by: Joel Bates
Nightfall was only minutes away as the cadre of weary hikers faltered beneath the weight of their packs. Fifteen-year-old Daisy had been steadily leading them since before sunup, guiding them through unfamiliar territory with no real trail and relying solely on a laminated topo map and a small compass to find her way. As the shadows grew longer, her anxiety increased. She knew time was running out. With merely a few hundred yards left to the destination, she stopped. The group, staring at the feet in front of them as they trudged monotonously onward, collided into one another like a misshapen accordion at Daisy’s sudden halt. With marked curiosity, I noted Daisy walking to the back of the group, handing the map and compass to another group member. I couldn’t hear what she said to her coleader, but her body language made it clear that she was giving up. Tense lines on her brow and hunched shoulders confirmed her fatigue. Weary steps of retreat and a vacant stare attested to her defeat.
Perplexed, the new leader, ignorant of his surroundings and only vaguely perceptive of the destination, abruptly led the group in precisely the wrong direction. It was important that we get to the destination before dark because it was there that our 24-hour solo time would begin. Our itinerary demanded that I act fast.
I stopped the group and called Daisy over and questioned, “Why did you stop navigating now, so near the end of the journey?”
She lowered her gaze and replied, “I just don’t think I have anything left to give.”
“Laying this burden on another at such a critical moment is a mistake. You’ve been looking at the map. You selected the route. You simply must finish this task.”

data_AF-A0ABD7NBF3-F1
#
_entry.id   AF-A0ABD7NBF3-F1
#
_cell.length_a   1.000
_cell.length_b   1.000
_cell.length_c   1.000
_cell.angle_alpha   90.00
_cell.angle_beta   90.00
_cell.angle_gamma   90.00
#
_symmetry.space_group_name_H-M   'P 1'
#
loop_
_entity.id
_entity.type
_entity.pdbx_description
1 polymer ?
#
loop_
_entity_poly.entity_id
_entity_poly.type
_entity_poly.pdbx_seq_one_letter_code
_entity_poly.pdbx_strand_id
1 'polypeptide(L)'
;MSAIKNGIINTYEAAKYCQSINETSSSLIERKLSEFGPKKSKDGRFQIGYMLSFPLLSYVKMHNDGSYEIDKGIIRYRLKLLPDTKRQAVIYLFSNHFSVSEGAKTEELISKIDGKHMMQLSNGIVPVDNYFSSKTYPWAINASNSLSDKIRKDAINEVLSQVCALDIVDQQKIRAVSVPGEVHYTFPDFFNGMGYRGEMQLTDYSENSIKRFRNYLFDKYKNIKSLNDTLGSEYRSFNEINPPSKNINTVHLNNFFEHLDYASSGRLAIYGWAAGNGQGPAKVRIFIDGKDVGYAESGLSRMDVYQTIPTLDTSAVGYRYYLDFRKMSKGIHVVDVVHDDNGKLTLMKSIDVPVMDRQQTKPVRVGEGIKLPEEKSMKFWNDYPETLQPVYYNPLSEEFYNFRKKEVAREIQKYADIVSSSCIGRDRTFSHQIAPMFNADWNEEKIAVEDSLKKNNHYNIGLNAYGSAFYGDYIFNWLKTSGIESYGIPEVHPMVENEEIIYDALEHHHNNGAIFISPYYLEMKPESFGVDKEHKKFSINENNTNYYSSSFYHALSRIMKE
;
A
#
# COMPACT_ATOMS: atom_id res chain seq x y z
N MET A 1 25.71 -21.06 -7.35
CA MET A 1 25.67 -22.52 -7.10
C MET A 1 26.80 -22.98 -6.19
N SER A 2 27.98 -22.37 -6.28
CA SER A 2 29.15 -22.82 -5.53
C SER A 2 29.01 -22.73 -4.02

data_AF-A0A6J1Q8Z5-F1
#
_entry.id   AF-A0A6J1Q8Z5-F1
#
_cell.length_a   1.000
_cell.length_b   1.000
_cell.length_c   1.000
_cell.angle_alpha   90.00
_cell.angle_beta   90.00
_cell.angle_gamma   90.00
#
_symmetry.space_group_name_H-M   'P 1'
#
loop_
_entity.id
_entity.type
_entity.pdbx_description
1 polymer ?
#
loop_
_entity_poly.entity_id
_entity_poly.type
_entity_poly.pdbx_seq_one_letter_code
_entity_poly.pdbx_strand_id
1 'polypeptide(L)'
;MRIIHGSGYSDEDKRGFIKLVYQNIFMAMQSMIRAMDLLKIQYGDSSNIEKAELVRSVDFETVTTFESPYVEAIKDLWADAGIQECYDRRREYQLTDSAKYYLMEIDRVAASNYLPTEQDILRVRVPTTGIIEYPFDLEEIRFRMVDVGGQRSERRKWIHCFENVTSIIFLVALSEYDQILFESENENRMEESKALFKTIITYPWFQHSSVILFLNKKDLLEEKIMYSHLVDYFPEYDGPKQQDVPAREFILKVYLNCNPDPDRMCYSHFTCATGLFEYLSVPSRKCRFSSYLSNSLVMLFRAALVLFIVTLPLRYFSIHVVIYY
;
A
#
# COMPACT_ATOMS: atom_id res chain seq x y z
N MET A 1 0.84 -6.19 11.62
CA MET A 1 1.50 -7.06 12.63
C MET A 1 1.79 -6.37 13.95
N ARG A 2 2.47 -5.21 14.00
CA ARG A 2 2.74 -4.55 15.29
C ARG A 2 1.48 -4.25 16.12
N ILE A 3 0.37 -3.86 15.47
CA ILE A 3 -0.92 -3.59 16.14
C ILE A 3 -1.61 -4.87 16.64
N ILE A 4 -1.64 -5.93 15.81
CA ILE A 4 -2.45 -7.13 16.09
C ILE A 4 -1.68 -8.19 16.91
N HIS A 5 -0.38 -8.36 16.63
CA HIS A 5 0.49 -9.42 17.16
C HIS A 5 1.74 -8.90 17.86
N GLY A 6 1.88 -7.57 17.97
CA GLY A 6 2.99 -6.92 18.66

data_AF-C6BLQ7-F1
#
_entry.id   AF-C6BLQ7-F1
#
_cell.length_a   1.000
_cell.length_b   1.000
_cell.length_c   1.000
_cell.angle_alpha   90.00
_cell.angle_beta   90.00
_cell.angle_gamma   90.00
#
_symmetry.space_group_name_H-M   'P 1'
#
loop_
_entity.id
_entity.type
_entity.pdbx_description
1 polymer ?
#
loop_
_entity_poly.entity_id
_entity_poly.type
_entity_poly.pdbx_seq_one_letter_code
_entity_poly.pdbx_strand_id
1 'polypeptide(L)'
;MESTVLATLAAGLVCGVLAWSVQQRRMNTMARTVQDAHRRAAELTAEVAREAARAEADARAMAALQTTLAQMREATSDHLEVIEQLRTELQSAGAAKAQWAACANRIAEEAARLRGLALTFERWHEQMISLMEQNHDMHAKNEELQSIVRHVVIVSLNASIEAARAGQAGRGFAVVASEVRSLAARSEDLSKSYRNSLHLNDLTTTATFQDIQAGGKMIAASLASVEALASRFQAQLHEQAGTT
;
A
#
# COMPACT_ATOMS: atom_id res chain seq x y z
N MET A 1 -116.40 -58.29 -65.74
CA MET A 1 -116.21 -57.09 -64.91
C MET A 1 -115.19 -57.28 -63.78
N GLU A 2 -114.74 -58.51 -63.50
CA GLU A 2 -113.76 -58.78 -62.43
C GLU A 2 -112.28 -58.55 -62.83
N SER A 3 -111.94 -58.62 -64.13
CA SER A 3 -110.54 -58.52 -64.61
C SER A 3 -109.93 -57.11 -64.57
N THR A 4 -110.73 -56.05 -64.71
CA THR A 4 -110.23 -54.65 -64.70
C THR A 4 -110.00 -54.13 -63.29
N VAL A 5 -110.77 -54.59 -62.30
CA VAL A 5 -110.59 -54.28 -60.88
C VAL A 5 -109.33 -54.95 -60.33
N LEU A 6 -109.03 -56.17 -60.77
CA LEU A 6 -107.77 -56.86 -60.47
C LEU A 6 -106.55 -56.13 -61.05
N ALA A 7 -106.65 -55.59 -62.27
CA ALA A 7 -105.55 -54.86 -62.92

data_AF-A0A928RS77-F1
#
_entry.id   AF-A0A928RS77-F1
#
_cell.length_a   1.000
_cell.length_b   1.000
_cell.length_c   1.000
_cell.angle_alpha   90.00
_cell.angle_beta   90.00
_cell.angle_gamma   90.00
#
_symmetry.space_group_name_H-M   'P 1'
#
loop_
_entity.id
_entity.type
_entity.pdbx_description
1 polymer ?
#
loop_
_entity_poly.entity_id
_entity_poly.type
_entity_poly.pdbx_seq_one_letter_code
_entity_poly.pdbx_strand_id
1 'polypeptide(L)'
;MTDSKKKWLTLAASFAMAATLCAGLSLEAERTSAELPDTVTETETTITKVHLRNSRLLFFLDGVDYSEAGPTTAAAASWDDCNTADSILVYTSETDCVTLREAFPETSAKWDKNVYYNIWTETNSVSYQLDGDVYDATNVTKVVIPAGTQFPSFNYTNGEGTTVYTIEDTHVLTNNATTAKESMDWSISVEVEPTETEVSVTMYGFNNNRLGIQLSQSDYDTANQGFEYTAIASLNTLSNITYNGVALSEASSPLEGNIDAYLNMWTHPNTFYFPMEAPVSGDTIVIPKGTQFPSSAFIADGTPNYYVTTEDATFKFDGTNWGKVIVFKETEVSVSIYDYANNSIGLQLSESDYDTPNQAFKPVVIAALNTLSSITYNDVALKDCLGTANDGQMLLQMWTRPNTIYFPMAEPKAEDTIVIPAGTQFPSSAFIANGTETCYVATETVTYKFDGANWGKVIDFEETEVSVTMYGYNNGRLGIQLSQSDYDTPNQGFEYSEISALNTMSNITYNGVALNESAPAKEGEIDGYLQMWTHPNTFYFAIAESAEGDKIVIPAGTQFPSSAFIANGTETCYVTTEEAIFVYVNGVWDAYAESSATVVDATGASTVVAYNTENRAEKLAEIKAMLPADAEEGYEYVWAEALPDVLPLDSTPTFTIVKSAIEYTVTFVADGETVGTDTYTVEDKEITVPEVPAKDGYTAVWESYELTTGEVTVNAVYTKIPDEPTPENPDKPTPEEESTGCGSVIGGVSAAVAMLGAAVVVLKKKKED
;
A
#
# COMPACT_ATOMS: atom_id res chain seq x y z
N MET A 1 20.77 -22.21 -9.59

She looked up, and I could see the tears flowing freely, but there was no anger in her expression, no frustration, simply concern that she didn’t have enough to see it through. I offered to pray for her, and she accepted. Then slowly, deliberately she made her way to the front of the group and gently regained possession of the map and compass and turned the group back toward the destination.
Long, tense minutes passed as Daisy struggled forward through the thick mass of tangled forest with the sun completely submerged now behind the western horizon. And then, to my delight and Daisy’s surprise, we emerged from the brush into a clearing that matched the description of the destination on the map. We had made it!
So often on challenge expeditions, I watch participants grapple with difficult circumstances and really hard decisions. Some emerge victorious, and others succumb to the fatigue brought on by adversity and discomfort. Though brief, these expeditions are a lot like the life of a believer. Have you ever wanted to quit? Lay down the map and compass and walk away? Cash in the chips for a comfortable retirement or wait out the storm until something better comes along?
Don’t get me wrong. Walking with Jesus in this faith journey is normally quite delightful, but letting Him be in charge, call the shots, call you out – that is not an easy life. In the book of Acts 20:22-24, the Apostle Paul, headed for catastrophic danger and certain doom in Jerusalem, comforts his concerned friends with these words: